Earlier this week, the New York Times chronicled Hulu’s trajectory from an upstart streaming video service into something more in the vein of a traditional TV network with its own original programming, much like its corporate masters. Of course, that change has been in the works since January. But as Hulu and Netflix face increasing difficulty in convincing TV and cable stations to hand-over programming in a timely manner, they’ve put more of an emphasis on creating its own content to fill that gap.
As the Times noted, when Hulu first launched it had a galvanizing effect on the media industry, accelerating the trend toward getting networks and studios to stream shows online. Hulu’s owners, including NBC, Fox, and Disney, were always worried that online advertising might not make up for the millions they earned from traditional cable and satellite deals. But after NBC’s Jeff Zucker and other Hulu champions moved on, more recently they’ve been striking streaming deals to make their shows available to subscribers via tablets and smartphones instead.
That explains why Hulu, which now has 2 million subscribers and boasted $420 million in revenue last year, headed to the “upfronts” this week, the annual event where networks and cable channels try to convince advertisers to ensconce their new programming in sweet, sweet ad dollars. There CEO Jason Kilar announced four new shows, including projects involving SNL’s Seth Meyers (thumbs up) and “Entourage-r” Adrian Grenier (thumbs down).
That’s in addition to the three shows Hulu announced in January: “Battleground,” a simulated documentary style show in the vein of “The Office” that follows the fictional campaign trail in Wisconsin and “A Day in the Life,” a Morgan Spurlock show looking at the “ordinary lives of extraordinary people,” and “Up to Speed,” a show from Dazed and Confused director Richard Linklater following around “flaneur” and historian Timothy “Speed” Levitch, which has yet to air.
Aside from the “A Day in the Life” episode about Das Racist–did we mention youthy-ness is part of its appeal??–nothing in the first batch has interested us except “Battleground.” “A Day in the Life” isn’t enough of a step forward from more interesting offerings from Spurlock (like his FX show “30 Days.”) Half an hour about Will.i.am is roughly thirty minutes more than we care to pay attention to him.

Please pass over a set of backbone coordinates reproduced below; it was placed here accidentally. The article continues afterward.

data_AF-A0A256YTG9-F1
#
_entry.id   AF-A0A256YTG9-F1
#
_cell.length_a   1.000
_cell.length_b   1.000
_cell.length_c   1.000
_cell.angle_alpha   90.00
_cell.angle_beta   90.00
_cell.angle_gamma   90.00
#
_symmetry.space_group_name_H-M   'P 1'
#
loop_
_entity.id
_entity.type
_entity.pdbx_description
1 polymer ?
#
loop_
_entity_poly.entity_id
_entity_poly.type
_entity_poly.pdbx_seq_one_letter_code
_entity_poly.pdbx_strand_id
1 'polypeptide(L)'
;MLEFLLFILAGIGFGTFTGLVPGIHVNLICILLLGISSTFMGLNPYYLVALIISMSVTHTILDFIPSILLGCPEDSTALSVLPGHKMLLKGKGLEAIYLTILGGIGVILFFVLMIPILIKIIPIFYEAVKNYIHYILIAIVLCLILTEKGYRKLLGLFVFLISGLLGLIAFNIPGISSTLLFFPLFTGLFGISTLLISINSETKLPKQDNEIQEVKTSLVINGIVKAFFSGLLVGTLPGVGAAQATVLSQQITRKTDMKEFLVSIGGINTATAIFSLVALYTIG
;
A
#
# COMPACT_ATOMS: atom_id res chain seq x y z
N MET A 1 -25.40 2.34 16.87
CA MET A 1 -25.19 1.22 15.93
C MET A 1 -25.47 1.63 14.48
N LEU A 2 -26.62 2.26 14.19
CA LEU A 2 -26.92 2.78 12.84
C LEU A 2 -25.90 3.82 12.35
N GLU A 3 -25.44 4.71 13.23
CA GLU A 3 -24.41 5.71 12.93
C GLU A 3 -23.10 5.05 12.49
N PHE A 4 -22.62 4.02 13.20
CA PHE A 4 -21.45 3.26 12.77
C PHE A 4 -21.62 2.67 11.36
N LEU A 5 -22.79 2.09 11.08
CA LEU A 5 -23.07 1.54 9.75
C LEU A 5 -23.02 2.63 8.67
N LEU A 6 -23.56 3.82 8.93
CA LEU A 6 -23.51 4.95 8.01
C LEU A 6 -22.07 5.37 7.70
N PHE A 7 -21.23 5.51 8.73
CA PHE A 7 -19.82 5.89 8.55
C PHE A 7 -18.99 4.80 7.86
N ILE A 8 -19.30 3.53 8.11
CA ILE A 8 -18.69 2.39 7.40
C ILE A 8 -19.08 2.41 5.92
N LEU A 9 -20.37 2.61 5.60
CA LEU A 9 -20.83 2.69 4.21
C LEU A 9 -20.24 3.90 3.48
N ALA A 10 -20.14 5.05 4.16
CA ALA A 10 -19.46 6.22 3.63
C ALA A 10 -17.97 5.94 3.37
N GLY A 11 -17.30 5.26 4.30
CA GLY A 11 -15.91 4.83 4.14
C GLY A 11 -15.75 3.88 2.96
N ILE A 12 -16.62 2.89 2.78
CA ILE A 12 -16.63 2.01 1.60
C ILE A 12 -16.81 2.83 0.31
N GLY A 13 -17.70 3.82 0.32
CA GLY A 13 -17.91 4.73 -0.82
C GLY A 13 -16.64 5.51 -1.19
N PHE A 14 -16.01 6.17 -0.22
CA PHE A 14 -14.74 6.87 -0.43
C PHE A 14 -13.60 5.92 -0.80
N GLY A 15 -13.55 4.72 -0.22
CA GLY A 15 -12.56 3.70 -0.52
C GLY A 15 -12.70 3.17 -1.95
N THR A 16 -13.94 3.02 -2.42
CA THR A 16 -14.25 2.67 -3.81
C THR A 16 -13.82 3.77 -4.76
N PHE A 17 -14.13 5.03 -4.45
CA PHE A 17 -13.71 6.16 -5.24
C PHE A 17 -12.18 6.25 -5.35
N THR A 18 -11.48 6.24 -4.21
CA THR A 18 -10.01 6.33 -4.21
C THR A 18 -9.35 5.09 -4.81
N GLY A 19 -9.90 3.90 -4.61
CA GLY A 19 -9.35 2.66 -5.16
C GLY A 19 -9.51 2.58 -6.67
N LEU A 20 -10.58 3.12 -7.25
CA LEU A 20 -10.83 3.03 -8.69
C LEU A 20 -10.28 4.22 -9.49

But you should go watch “Battleground.” (Don’t listen to that tech blog, listen to this one!) The show was picked up when Fox, which greenlit the script, passed on airing it. It has an Aaron Sorkin-y speedtalking vibe, if Sorkin cared less about righteousness and more about making jokes and moral gray areas. Plus, there is a love quadrangle–innovative! Of course, “Battleground” hasn’t motivated us to pay for Hulu Plus, even though the free trial was a fine supplement to our online viewing, but we’re more than happy to watch the ads and probably tool around on the site and rate commercials so Hulu can sell our ad tastes to the highest bidder.
Hopefully one of these new offerings will be able to do the same. As years of watching prime time sitcoms will teach you, original isn’t necessarily better.
- We Got Next (2012): Four unlikely friends butt heads on the pick-up basketball court and on the sidelines of everyday life. Starring: Kenya Barris (THE GAME, ARE WE THERE YET?, AMERICA’S NEXT TOP MODEL), Hale Rothstein (THE GAME, EVERYBODY HATES CHRIS), Danny Leiner (THE OFFICE, MODERN FAMILY, ARRESTED DEVELOPMENT, FREAKS AND GEEKS, HAROLD & KUMAR GO TO WHITE CASTLE, DUDE WHERE’S MY CAR?
- The Awesomes (2013): An unassuming superhero and his cohorts battle diabolical villains, the ever-present paparazzi, and a less-than-ideal reputation as second-class crime fighters. Starring: Seth Meyers (SATURDAY NIGHT LIVE), Michael Shoemaker (SATURDAY NIGHT LIVE, LATE NIGHT WITH JIMMY FALLON) and animation studio Bento Box (BOB’S BURGERS, ALLEN GREGORY).
- Don’t Quit Your Daydream: A cast of famous musicians travel across America in search of could-have-been musical artists to collaborate on a new song giving them a second-chance at stardom. Based on an award-winning documentary by Adrian Grenier and John Loar.Starring: Adrian Grenier; Produced by Virgin
- Flow: When Ed Dante, a hard-working kid from the wrong side of the tracks is framed for a crime he didn’t commit, he begins an epic quest to deliver true justice. To achieve his goal, he must discover the mysteries of an ancient art, uncover hidden worlds and become a hero to a generation. Starring: Michael “Dooma” Wendschuh (show creator, co-founder and president of sekretagent studios: ASSASSIN’S CREED II (2009), ARMY OF TWO (2008), ASSASSIN’S CREED (2007); David Belle (Founder of Parkour); Produced by Agility Studios (producers of The LXD) and the Shine Group (WHO KNEW? IT’S EVERYBODY’S BUSINESS, APPETITE FOR LIFE)